In Wednesday's post I asked: what next for U.S.-Israeli ties?
Among the comments, J.P. Farry posted this grim but perhaps realistic analysis: "The reaction of so many Israelis to Obama's response to Bibi's election eve statement reflects their long-standing expectation that US Presidents are supposed to cut Israeli prime ministers "a lot of slack" given the tumultuous character of Israeli politics.
"We now know that almost every President since 1948 has experienced periods of frlustration with Israeli prime ministers But past presidents, by either their silence or direct statements, have never questioned the "good intentions" of Israeli leaders in pursuing a 2-state solution. Obama has just said he ls not going to provide this "cover"--even when Bibi offered him a second chance to indirectly and discretely testify to Bibi's "peace credentials." (At the same time, Obama's Chief of Staff, in addressing the J-Street Convention, referred to the need to end "50 years of occupation." -- The "O" word is not supposed to spoken in DC.--)
"Israeli leaders since the Oslo Agreement 20 years ago have been realists. Accepting a 2-state agreement poses security and political risks that maintaining "the occupation"--particularly as it now exists--would not seem to involve. Bibi, in his slip of the tongue on the eve of the election--admitted what no Israeli leader has previously dared to admit--the "status quo" (the "occupation") is the best of all probable world that the Israelis can hope for.
"Why not! The US has reconstructed the PA security forces so they are more effective in maintaining order on the West Bank; settlements can be incrementally expanded with limited and passing objections; Israeli intelligence agents have effectively infilltrated Palestinian society; and "international donors" (the US, EU and Arab League) provide over a billion dollars a year to alliviate the harshest economic consequences of the "occupation."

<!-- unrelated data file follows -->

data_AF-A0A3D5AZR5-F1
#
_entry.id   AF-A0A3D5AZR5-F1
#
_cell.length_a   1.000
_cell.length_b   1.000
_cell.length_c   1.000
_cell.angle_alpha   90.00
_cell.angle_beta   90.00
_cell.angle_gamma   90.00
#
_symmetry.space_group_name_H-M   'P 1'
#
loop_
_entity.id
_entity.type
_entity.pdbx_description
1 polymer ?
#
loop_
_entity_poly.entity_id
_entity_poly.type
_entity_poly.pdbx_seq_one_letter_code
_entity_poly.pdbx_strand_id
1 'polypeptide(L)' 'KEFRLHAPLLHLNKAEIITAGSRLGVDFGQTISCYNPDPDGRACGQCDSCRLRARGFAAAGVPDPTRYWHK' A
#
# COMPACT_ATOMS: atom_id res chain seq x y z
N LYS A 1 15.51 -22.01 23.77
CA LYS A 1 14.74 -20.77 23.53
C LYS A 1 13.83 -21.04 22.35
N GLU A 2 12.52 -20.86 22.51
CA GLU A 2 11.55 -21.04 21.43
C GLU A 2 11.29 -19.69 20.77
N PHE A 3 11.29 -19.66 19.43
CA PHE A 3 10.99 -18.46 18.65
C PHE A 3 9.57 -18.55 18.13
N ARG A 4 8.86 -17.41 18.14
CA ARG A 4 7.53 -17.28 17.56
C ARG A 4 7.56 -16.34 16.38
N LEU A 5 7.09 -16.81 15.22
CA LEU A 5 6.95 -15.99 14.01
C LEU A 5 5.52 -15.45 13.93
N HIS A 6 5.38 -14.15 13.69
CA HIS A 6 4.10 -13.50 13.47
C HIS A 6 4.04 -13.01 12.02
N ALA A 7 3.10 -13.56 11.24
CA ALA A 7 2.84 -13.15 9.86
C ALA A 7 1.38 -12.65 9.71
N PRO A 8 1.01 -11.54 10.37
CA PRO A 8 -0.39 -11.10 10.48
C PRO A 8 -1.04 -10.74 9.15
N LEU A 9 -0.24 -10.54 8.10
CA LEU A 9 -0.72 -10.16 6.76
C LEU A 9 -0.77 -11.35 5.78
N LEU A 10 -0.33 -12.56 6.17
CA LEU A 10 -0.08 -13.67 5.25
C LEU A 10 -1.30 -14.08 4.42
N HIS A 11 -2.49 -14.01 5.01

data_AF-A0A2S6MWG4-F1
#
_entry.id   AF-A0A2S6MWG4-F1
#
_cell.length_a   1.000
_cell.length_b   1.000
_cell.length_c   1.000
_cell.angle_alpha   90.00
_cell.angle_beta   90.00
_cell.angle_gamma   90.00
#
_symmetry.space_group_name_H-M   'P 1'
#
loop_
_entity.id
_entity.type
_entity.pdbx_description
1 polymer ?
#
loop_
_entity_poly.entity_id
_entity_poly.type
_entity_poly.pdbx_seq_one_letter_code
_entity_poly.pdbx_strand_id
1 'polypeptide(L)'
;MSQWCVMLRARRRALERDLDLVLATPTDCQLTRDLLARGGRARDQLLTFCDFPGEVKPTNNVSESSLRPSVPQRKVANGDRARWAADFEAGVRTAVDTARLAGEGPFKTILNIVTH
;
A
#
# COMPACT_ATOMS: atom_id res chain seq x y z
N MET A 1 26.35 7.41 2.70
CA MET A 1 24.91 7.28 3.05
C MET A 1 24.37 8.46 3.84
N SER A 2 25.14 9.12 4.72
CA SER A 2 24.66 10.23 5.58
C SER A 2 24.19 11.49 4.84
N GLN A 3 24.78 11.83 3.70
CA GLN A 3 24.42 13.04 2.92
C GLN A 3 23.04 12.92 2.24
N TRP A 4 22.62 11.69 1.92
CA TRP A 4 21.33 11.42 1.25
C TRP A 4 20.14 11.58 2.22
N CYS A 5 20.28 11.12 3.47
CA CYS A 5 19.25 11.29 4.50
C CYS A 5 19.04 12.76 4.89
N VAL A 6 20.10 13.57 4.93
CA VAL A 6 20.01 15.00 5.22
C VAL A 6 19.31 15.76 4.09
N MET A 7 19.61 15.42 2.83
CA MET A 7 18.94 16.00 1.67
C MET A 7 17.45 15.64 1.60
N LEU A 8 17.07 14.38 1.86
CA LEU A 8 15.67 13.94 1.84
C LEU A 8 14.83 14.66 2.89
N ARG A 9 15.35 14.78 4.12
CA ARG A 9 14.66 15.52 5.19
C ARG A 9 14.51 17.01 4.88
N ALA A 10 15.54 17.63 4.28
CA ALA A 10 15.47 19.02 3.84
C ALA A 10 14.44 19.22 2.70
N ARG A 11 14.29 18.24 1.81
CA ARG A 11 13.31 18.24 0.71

"At the moment, the Palestinians seem to have only one bargaining chip: the threat of another "Infitada." (It would seem inevitable that such an uprising would be treated as the projection of Islamic State violence and quickly and harshly suppressed by both the Israelis and Americans.)
"If Obama had remained silent--(or if he now agrees to publically sing "kumbaya" with Bibi)--we might be able to retain the tatered "hope" that a 2-state solution is within reach as soon as there is a Palestinian partner who shares Bibi's willingness to negotiate. Bibi's comments (and Obama's response) make it impossible for us to continue with this self-deception.
"Bibi's (and Obama's) candor present the Palestinians (as well as the Europeans and the other financial supporters of the Palestinians) with a changed diplomatic context. However it is not at all clear that the sudden interjection of candor into this implacable conflict will open up new avenues for the non-violent dismantling of Israeli's "best probable solution"-- the occupation.
"While candor is toxic for self-deception, it may only trigger the creation of new self-deceptions."
And if you're up for more, check out the Forward on what American-Israeli lobbying groups should be doing.... a bit of bury your head in the sand, maybe this will go away.